Aviation innovations continued the following year: a “Military Aviator” pilot rating, for example, had been introduced; the first aircraft-installed machine gun had been tested; Lieutenant Hap Arnold had made the first mile-high flight; and, sadly, the first death of a military enlisted man, Corporal Frank S. Scott of the US Army, had occurred.

Instrumental in the development of aviation, College Park Airport is today a living, multi-faceted history book with chapters concerning Wright Brothers pilot training, military training, inaugural airmail service, vertical flight testing, blind navigation aid development, the Golden Age of Aviation, civilian pilot training, public acceptance of flight, World War II Women’s Air Services Pilots (WASP) training, North Pole open-cockpit biplane flight, present-day general aviation, and ultimate inclusion on the National Register of Historic Places.

Many original and reproduction aircraft, exhibited in the adjacent College Park Aviation Museum, tell the airport’s story.  The 27,000-square-foot museum itself, a glass-and-brick, curved roof building inspired by early Wright Brothers aircraft and an affiliate of the Smithsonian Institution, had opened in 1998 “to research, preserve, interpret, and promote the history and collections of the College Park Airport.”

The historically significant aircraft, overlooking the airport’s runway through floor-to-ceiling windows, cover the 45-year period from 1901 to 1946.  The 1901 Wright Glider, for instance, had been wind tunnel-tested at NASA Langley, while the 1910 Wright Model B, a two-seat, fabric-covered biplane turned with the aid of Wright-designed wing-warping, had formed part of the US’s first Military Aviation School.  The Bleriot XI, a monoplane which had been the first to have crossed the English Channel from Calais to Dover on July 25, 1909, had been manufactured and sold by the College Park-located National Aeroplane Company.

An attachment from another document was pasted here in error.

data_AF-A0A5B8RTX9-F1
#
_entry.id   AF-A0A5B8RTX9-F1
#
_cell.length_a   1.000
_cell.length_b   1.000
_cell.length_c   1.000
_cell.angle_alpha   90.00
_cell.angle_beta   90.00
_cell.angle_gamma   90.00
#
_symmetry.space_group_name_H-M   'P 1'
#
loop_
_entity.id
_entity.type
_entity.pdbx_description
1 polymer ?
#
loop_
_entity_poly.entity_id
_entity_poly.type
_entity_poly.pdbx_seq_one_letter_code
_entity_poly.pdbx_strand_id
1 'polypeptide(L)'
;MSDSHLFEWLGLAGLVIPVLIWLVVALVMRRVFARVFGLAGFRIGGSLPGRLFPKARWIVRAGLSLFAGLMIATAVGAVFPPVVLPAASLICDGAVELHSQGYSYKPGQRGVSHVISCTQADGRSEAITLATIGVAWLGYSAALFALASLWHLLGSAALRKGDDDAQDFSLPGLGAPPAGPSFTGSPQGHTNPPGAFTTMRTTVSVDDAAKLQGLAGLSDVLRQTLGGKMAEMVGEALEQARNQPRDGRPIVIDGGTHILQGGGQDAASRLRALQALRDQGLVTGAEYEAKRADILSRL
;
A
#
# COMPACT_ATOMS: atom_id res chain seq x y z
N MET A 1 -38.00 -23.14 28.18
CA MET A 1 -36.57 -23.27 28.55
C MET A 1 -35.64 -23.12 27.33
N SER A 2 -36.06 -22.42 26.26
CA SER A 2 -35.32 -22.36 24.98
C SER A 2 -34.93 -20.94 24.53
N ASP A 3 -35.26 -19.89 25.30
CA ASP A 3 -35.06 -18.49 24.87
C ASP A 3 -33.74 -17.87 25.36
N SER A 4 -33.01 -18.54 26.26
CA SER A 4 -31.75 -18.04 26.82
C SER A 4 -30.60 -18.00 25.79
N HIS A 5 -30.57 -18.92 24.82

The Curtiss JN-4H Jenny, the workhorse of the airmail fleet, had inaugurated airmail service from College Park to New York on August 12, 1918, although the museum’s example is of the earlier JN-4D series.  The Berliner Helicopter, designed by father-and-son team Emile and Henry Berliner, is a triplane-appearing aircraft which had mated a Nieuport 23 fuselage with two counter-rotating rotors and had conducted vertical flight experiments in 1924.

The Monocoupe 110, Taylor J-2 Cub, Taylorcraft BL-65, and Aeronica 65LA Chief, all represented by the museum, had played major roles in civilian pilot training and air shows during the 1930s and –40s here, while the Boeing PT-17 Stearman had successfully made the first open-cockpit biplane flight to the North Pole.

A scaled-down replica of the Wright Brothers’ 1909 hangar, an airmail exhibit entailing the Curtiss Jenny and a mannequin representing first airmail pilot Max Miller, and an air derby platform typical of the George Brinckerhoff period all aid in illustrating the historical chapters written at College Park Airport.

From the hot air balloons which had first ascended from its soil in 1784 to the return to the moon mission of the near future, Maryland has provided the stage upon which aviation had developed before it could move up, literally, to the higher level for which it had been intended—in essence, the way the entire planet has provided the stage upon which we have developed before we all move up to the higher level for which we had been intended…



Source by Robert G. Waldvogel

Trackback URL: https://voklee.com/aviation-sights-of-maryland-2/trackback/

Leave reply:

Your email address will not be published. Required fields are marked *